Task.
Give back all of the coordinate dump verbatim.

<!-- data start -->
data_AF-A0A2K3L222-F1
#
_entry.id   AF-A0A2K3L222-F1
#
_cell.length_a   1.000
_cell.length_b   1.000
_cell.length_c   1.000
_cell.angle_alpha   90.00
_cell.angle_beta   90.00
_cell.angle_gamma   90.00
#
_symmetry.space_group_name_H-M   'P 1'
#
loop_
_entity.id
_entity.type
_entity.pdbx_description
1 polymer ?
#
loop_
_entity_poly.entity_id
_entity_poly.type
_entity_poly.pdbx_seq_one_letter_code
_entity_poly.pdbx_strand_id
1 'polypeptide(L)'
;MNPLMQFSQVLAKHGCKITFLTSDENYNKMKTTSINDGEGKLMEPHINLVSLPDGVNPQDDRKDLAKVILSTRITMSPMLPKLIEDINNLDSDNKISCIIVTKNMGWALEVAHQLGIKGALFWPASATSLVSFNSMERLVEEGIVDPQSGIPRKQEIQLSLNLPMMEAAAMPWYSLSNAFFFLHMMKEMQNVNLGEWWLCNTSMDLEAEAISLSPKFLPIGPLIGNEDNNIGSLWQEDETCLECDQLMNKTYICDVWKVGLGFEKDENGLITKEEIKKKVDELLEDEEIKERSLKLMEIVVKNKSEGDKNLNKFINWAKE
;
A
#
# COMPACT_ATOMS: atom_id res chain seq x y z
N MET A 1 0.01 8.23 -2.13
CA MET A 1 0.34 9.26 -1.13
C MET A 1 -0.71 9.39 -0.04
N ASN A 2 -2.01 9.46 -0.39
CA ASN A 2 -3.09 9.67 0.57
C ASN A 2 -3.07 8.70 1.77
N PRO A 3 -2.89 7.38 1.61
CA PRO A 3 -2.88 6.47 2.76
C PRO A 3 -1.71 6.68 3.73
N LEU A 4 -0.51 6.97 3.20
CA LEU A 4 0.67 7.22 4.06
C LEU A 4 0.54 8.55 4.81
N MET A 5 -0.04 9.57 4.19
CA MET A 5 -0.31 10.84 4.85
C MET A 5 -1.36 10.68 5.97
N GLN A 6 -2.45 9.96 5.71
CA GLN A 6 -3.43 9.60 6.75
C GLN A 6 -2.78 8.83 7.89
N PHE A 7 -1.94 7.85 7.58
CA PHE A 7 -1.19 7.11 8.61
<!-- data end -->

data_AF-A0A2K3L222-F1
#
_entry.id   AF-A0A2K3L222-F1
#
_cell.length_a   1.000
_cell.length_b   1.000
_cell.length_c   1.000
_cell.angle_alpha   90.00
_cell.angle_beta   90.00
_cell.angle_gamma   90.00
#
_symmetry.space_group_name_H-M   'P 1'
#
loop_
_entity.id
_entity.type
_entity.pdbx_description
1 polymer ?
#
loop_
_entity_poly.entity_id
_entity_poly.type
_entity_poly.pdbx_seq_one_letter_code
_entity_poly.pdbx_strand_id
1 'polypeptide(L)'
;MNPLMQFSQVLAKHGCKITFLTSDENYNKMKTTSINDGEGKLMEPHINLVSLPDGVNPQDDRKDLAKVILSTRITMSPMLPKLIEDINNLDSDNKISCIIVTKNMGWALEVAHQLGIKGALFWPASATSLVSFNSMERLVEEGIVDPQSGIPRKQEIQLSLNLPMMEAAAMPWYSLSNAFFFLHMMKEMQNVNLGEWWLCNTSMDLEAEAISLSPKFLPIGPLIGNEDNNIGSLWQEDETCLECDQLMNKTYICDVWKVGLGFEKDENGLITKEEIKKKVDELLEDEEIKERSLKLMEIVVKNKSEGDKNLNKFINWAKE
;
A
#
# COMPACT_ATOMS: atom_id res chain seq x y z
N MET A 1 0.01 8.23 -2.13
CA MET A 1 0.34 9.26 -1.13
C MET A 1 -0.71 9.39 -0.04
N ASN A 2 -2.01 9.46 -0.39
CA ASN A 2 -3.09 9.67 0.57
C ASN A 2 -3.07 8.70 1.77
N PRO A 3 -2.89 7.38 1.61
CA PRO A 3 -2.88 6.47 2.76
C PRO A 3 -1.71 6.68 3.73
N LEU A 4 -0.51 6.97 3.20
CA LEU A 4 0.67 7.22 4.06
C LEU A 4 0.54 8.55 4.81
N MET A 5 -0.04 9.57 4.19
CA MET A 5 -0.31 10.84 4.85
C MET A 5 -1.36 10.68 5.97
N GLN A 6 -2.45 9.96 5.71
CA GLN A 6 -3.43 9.60 6.75
C GLN A 6 -2.78 8.83 7.89
N PHE A 7 -1.94 7.85 7.58
CA PHE A 7 -1.19 7.11 8.61